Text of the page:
Black Ice Boost (SRP: $119.95; MAP, $79.95) can be installed using several wiring options, including a simple “stealth” install that utilizes a single push-pull pot, and a dual-switch option that allows users to select between two different levels of boost. For those using the boost along with Black Ice Distort, a second push-pull pot or switch can be used to select a clean or distorted boost.

The Black Ice Boost module is approximately 2/3 the size of a 9-volt battery, and can be easily installed in most instruments with no routing or permanent modifications required. The tone of the instrument remains completely unaffected when the boost is bypassed.

In addition to use with popular single-coil pickups, Black Ice Boost can also be used with other pickup types. Use it to fatten up a P-90 style pickup, or add girth to a low-wind humbucker. Jazz Bass® players can use the additional midrange content provided by Black Ice Boost to produce a sound that’s reminiscent of a P-Bass® or soapbar-type pickup. Black Ice Boost is not recommended for use with high-output humbuckers and other dark-sounding pickups.

Black Ice Distort (SRP: $27.95; MAP, $21.95) is an overdrive module that can be configured for just a touch of grit, or a more aggressive grind, all the way to a 1960’s-flavored fuzz. While its battery-free circuit will never replace the more refined sound of a well-designed pedal, it provides handy, there-when-you-need-it access to a variety of fun old-school flavors, and is a great way to add additional textures to an already overdriven amp or pedal. Bass players will especially dig its raw dirty grind.

Like Black Ice Boost, the sugar-cube-sized Black Ice Distort provides a lifetime of tone with no maintenance or power source required. A variety of wiring options are included that let you activate the Distort via a switch or push-pull pot, or by easily converting your guitar’s tone control into a control for the Black Ice Distort circuit. It can be used in conjunction with the Black Ice Boost for a wide variety of useful tones.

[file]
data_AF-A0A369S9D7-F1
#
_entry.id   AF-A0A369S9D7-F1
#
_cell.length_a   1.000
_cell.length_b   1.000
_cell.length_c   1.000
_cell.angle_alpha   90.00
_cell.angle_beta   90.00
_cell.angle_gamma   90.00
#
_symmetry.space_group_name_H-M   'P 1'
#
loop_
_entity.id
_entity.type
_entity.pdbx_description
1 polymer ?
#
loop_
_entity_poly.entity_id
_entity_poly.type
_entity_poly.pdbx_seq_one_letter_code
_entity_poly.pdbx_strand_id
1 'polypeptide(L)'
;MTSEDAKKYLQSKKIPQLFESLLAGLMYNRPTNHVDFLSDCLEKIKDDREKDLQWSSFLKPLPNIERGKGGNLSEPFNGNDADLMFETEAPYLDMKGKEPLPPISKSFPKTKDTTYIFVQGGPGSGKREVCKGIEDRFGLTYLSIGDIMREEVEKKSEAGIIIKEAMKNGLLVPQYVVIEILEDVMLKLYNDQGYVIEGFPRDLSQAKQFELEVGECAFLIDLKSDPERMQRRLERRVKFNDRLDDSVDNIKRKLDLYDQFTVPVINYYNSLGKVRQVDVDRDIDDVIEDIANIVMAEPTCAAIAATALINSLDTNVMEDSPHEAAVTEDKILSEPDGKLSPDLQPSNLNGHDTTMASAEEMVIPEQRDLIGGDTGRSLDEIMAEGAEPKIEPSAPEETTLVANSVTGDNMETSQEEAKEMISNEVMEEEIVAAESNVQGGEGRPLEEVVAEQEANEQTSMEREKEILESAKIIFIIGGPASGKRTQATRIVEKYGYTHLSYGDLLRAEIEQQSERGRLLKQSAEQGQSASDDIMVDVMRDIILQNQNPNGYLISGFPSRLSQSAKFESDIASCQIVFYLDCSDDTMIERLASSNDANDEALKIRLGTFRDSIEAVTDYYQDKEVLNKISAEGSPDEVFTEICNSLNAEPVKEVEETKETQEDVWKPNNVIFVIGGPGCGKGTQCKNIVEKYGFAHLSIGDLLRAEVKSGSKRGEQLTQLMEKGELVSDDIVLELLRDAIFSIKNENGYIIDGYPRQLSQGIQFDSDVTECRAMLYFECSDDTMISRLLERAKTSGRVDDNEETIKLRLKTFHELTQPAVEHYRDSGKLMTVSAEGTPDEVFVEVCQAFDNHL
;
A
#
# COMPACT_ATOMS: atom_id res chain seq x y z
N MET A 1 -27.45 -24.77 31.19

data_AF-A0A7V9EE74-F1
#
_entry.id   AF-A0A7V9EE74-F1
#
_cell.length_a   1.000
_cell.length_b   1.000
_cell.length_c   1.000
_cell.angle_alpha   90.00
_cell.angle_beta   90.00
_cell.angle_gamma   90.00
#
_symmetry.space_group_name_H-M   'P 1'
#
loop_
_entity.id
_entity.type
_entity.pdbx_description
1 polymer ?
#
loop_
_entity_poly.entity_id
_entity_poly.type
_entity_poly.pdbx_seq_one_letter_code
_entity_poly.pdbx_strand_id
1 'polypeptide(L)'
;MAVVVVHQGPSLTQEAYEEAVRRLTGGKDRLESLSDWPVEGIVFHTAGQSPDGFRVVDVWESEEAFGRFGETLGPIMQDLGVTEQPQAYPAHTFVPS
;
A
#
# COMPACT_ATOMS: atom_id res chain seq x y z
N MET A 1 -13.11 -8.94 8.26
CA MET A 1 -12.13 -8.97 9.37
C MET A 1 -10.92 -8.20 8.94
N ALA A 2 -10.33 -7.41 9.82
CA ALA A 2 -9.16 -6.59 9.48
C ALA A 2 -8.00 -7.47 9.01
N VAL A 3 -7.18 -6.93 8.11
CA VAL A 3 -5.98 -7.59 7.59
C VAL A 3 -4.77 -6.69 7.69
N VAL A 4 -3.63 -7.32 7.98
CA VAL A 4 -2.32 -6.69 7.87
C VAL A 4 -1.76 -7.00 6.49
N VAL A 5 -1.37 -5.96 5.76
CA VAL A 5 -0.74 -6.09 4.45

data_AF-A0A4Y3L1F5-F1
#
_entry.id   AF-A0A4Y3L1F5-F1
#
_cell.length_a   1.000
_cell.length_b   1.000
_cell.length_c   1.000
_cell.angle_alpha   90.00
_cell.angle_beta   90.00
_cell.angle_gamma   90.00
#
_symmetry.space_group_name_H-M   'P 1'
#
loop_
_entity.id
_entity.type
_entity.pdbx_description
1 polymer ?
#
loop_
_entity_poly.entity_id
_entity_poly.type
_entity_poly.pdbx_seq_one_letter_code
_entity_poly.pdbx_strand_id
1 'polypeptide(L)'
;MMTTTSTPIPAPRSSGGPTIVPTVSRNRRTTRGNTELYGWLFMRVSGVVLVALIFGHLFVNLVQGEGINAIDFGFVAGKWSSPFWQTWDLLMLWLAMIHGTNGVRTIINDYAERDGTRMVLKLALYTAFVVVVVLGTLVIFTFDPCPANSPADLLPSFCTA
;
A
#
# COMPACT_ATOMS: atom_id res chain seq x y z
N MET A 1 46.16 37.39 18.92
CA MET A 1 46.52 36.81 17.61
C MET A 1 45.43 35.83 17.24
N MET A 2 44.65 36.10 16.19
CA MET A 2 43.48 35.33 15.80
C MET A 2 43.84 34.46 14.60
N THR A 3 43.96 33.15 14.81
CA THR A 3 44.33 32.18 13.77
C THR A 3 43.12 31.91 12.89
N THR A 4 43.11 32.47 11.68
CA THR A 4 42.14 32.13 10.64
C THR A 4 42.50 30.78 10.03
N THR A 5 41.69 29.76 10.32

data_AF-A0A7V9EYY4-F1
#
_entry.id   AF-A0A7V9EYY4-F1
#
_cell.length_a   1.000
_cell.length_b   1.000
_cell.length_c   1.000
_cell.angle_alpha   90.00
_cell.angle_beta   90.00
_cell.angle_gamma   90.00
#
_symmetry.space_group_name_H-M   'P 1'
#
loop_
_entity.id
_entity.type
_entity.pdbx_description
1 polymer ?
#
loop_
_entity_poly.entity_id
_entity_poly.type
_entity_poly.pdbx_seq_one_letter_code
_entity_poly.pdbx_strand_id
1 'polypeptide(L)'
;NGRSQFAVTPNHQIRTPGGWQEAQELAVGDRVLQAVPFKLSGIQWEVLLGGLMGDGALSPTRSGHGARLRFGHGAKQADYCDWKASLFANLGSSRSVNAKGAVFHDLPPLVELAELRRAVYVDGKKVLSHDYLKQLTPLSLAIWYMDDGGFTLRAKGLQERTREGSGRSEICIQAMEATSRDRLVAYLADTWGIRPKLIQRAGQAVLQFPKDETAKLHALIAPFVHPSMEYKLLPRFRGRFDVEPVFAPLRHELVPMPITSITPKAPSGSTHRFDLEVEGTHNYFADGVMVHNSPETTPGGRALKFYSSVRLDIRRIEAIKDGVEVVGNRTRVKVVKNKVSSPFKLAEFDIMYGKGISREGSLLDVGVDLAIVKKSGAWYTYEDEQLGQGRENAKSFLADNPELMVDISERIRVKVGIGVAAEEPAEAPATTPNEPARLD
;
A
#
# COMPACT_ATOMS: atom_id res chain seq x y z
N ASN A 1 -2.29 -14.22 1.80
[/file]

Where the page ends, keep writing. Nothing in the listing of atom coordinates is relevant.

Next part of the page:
Black Ice Boost and Black Ice Distort are now shipping.

Visit online at www.blackiceoverdrive.com

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This Week’s Top 10 Basses on Instagram

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TOP 10 Basses of the week

Check out our top 10 favorite basses on Instagram this week…

Click to follow Bass Musician on Instagram @bassmusicianmag

FEATURED @loritabassworks @meridian_guitars @alpherinstruments @phdbassguitars @mgbassguitars @mauriziouberbasses @utreraguitars @sugi_guitars @branco_luthier @blasiusguitars

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New Gear:  D’Addario’s New Humidipak

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New Gear:  D’Addario’s New Humidipak

D’Addario’s New Humidipak Absorb Protects Instruments Against Excess Moisture…

Utilizing two-way humidity control technology, D’Addario’s new Humidipak Absorb protects against damage to wooden instruments in environments with too much humidity. 

Humidipak Absorb allows players to safely return an instrument and case to the ideal relative humidity level. Using Boveda’s patented two-way humidity control technology, Absorb automatically soaks up excess moisture at a safe rate, re-establishing the right humidity level and eliminating the guesswork of revitalizing your instrument. 

Like all the Humidipaks before, using Humidipak Absorb is easy—there’s no dripping sponges or manual adjustments. All players need to do is put the humidification packets in the included pouches and place them in the instrument case, close the lid, and relax. The instrument and case will remain at the optimal 45-50% relative humidity level for 2-6 months. 

D’Addario’s other Humidipaks, Restore and Maintain, are still available for those who need to increase and sustain the humidity around their instrument. 

To learn more about Humidipak Absorb, visit ddar.io/absorb-pr 

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Bass Videos

Interview With Bassist Travis Book

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Interview With Bassist Travis Book

Interview With Bassist Travis Book…

Bluegrass music has had a very solid following over many years and I am always happy to hear from one of the pioneers in that genre.

Travis Book plays bass for the Grammy award-winning band “The Infamous Stringdusters” and has recently released his first solo album “Love and Other Strange Emotions”. As if he wasn’t busy enough, Travis also hosts a podcast, Plays a Jerry Garcia music show with Guitarist Andy Falco, and is constantly gigging locally in his neck of the woods.

Photo, Seyl Park

Visit Online:

www.thetravisbook.com
www.thestringdusters.com
FB @ TheTravisBook
IG @ travisbook